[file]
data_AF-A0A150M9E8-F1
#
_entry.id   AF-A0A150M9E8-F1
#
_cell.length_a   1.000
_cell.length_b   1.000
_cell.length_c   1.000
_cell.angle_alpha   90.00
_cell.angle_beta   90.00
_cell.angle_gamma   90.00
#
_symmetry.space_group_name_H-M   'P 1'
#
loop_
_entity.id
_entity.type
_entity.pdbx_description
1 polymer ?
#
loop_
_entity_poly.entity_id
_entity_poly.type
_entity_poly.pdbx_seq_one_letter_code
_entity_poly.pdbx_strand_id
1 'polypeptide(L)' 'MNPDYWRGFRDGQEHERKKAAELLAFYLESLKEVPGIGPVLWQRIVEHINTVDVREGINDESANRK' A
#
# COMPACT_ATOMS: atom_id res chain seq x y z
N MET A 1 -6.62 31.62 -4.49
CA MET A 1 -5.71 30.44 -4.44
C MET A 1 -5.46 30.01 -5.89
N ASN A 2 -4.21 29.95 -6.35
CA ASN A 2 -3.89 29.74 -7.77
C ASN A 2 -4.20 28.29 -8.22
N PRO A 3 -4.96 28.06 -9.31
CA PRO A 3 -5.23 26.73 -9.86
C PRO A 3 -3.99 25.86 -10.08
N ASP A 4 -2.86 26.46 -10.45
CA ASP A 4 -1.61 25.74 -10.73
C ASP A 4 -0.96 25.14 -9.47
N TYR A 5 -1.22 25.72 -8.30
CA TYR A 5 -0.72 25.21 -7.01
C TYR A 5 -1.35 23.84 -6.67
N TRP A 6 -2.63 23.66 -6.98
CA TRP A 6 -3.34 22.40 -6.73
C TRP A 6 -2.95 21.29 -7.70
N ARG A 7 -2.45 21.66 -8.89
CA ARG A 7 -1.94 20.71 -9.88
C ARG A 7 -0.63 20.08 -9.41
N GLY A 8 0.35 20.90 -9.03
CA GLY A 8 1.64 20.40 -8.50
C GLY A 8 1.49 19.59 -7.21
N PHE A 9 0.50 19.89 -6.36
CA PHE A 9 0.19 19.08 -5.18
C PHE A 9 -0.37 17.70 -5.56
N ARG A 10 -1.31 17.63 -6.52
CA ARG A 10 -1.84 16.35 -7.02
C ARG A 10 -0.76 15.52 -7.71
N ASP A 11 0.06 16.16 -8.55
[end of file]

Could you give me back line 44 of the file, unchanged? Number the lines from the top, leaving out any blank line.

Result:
CA TRP A 6 -3.34 22.40 -6.73